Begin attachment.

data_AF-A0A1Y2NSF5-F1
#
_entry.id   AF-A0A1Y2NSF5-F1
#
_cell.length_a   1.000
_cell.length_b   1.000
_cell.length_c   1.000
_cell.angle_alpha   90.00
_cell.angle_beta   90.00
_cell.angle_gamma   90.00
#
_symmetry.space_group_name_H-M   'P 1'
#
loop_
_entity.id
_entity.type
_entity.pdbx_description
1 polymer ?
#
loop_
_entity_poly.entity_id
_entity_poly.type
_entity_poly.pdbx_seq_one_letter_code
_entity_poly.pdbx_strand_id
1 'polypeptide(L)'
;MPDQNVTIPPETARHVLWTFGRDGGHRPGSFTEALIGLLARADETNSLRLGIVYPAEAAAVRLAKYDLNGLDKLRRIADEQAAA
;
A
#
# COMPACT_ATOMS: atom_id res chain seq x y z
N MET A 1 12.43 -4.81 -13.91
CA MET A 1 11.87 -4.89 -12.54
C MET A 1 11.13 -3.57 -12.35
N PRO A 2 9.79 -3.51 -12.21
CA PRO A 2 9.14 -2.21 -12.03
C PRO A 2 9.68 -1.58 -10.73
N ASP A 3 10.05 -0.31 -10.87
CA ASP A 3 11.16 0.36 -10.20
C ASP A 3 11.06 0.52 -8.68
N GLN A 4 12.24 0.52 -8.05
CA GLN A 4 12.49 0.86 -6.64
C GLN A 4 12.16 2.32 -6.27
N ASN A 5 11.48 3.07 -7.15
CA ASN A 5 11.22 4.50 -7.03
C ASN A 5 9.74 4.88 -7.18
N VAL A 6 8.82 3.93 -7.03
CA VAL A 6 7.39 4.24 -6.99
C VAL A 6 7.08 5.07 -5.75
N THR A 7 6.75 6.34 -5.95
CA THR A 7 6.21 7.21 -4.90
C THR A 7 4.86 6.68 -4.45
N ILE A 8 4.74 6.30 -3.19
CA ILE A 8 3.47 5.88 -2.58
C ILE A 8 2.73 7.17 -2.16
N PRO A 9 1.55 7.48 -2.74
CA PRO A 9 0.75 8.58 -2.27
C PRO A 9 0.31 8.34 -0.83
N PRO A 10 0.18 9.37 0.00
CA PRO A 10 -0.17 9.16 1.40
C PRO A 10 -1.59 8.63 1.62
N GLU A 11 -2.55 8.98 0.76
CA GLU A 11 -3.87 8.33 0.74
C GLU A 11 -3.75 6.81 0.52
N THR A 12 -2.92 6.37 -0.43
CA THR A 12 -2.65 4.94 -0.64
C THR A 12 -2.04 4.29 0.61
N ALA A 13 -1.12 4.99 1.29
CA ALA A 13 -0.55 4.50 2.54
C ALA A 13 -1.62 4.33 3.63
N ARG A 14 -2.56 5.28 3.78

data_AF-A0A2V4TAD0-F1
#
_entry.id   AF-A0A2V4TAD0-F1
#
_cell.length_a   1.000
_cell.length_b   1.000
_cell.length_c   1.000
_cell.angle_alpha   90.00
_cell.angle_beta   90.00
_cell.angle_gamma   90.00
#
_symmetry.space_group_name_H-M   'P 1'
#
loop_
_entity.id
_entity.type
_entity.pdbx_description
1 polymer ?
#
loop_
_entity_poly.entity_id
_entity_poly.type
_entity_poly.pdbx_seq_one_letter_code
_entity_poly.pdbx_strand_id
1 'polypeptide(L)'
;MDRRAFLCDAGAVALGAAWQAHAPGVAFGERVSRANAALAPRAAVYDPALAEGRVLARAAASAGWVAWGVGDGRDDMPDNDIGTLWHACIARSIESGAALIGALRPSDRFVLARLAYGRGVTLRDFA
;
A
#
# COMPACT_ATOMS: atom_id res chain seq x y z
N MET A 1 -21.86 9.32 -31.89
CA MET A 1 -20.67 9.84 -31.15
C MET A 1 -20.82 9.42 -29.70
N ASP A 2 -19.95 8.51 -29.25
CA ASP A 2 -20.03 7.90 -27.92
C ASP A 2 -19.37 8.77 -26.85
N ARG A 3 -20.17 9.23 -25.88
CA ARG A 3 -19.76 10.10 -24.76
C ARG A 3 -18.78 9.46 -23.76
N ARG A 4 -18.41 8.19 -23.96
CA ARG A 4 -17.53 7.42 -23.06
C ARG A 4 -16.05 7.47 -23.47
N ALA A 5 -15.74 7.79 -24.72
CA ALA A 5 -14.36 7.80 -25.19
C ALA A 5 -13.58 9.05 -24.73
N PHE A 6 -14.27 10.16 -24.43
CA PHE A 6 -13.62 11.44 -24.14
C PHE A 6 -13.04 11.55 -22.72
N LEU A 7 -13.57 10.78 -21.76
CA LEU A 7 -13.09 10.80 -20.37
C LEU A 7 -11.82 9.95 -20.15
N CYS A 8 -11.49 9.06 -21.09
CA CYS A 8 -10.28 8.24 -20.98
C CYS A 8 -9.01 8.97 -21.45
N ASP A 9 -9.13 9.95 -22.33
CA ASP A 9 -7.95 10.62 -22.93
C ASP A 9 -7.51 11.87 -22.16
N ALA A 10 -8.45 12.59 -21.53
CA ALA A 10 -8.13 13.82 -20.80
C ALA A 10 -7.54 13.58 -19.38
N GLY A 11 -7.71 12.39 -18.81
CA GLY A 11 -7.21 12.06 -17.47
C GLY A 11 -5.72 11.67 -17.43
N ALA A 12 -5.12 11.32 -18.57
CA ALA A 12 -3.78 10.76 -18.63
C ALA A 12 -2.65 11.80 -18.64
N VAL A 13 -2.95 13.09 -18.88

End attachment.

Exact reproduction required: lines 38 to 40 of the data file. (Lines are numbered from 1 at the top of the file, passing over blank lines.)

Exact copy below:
CA ASP A 3 11.16 0.36 -10.20
C ASP A 3 11.06 0.52 -8.68
N GLN A 4 12.24 0.52 -8.05